The vmtune utility can limit the amount of real memory AIX can use for file cache. The vmtune parameters limiting file cache are minperm (-p) and maxperm (-P). Parameter values are in percent of real memory. The minperm default is 20% and the maxperm default is 80%. The vmtune utility can only be called by root.
Ex: vmtune -p 5 -P 10
VMM operational parameters modified by vmtune are only effective until the next boot. To make the change permanent, create a /etc/rc.local shell script and insert the vmtune call.
if [ -f /usr/samples/kernel/vmtune ] ; then
/usr/samples/kernel/vmtune -p 5 -P 10
Add the following entry to /etc/inittab. The /etc/rc.local shell script will be called by init during boot.
rclocal:2:once:/etc/rc.local >/dev/console 2>&1 # local parameters
For central systems, vmtune changes need to be applied more carefully especially for systems reading large external flat files. If excessive paging is still observed after changing vmtune parameters, consider adding an application server and moving the SAP main instance to it (see Tip 26).
The vmtune utility is a Licensed Program Product (LPP) installed in the directory /usr/samples/kernel. If not found, it can be installed from the AIX installation CD (bos.adt.samples).
Never create multiple paging space logical volumes on the same physical disk. When allocating paging space blocks, VMM allocates four blocks at a time in round-robin fashion from each of the active paging spaces that have space available. Paging space logical volumes should be the same size and placed on different disks to ensure that the round-robin algorithm works effectively and that I/O load is evenly distributed.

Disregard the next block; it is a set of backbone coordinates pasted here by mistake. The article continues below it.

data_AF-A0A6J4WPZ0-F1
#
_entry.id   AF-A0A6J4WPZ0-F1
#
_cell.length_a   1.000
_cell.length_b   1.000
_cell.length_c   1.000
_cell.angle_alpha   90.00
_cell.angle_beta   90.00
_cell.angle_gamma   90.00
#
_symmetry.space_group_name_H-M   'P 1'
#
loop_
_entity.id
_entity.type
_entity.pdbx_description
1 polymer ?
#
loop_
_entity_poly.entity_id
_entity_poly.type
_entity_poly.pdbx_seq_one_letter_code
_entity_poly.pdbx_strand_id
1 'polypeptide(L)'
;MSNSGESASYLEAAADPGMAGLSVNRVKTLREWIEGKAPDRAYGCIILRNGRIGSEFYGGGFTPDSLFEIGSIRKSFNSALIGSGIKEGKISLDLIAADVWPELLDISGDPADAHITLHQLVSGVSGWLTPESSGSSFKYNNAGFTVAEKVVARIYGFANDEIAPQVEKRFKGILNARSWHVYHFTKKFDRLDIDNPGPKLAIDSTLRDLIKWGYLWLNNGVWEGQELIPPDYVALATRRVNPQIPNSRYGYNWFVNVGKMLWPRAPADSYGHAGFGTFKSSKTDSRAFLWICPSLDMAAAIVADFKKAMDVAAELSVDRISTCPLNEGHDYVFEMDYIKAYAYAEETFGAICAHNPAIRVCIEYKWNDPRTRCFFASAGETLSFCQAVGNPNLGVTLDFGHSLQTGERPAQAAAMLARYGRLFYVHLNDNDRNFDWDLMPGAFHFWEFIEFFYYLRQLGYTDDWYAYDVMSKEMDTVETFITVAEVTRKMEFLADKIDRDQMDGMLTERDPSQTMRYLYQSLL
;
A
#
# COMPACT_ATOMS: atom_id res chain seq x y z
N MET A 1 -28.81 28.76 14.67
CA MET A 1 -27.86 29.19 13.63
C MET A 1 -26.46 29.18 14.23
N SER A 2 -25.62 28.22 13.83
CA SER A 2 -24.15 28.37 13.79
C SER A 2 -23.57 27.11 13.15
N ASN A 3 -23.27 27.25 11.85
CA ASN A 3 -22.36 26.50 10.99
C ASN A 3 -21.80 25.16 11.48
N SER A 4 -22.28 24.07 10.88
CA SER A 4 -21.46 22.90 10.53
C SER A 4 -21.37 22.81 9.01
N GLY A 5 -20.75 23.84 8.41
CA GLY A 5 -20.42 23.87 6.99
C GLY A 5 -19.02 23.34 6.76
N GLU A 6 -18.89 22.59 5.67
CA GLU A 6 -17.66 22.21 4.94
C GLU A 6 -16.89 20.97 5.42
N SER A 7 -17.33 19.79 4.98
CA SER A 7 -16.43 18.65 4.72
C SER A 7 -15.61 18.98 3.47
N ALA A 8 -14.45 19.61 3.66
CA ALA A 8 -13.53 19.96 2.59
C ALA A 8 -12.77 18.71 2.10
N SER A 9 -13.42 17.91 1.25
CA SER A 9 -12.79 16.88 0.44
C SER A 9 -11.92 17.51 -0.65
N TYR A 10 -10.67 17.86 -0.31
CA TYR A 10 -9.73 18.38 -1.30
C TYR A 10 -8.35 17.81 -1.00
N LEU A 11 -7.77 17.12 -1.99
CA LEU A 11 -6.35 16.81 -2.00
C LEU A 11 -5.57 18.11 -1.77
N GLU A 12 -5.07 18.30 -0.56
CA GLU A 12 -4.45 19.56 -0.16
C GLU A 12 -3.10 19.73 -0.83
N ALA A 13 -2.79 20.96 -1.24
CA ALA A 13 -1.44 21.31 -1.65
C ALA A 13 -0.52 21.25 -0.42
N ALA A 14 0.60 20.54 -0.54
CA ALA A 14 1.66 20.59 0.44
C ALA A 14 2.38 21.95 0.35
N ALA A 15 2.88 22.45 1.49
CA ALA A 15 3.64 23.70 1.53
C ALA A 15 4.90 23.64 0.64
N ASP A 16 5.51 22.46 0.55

The initial allocation of the default paging space logical volume (hd6) is too small. After installation, there is usually enough free space available on hdisk0 to enlarge hd6 first (smit chps) before adding additional paging space logical volumes on other disks. Ideally, a paging space logical volume should be contiguous on disk and may require reorganization (smit reorgvg).
As a rule of thumb, the total paging space should equal 3 x Real Memory or at least 1 GB, whichever is larger. SAP recommends a total paging space of 2-3 GB for optimum performance. The minimum and maximum (worst-case) paging space requirements of an R/3 application server can be determined with the SAP utility sappfpar.
From the AIX command prompt, run sappfpar to check the instance profile you intend to use.
sappfpar check pf=<Profile name> | more
In the output generated by sappfpar, the minimum paging space, maximum heap space, and worst case paging space requirements are listed.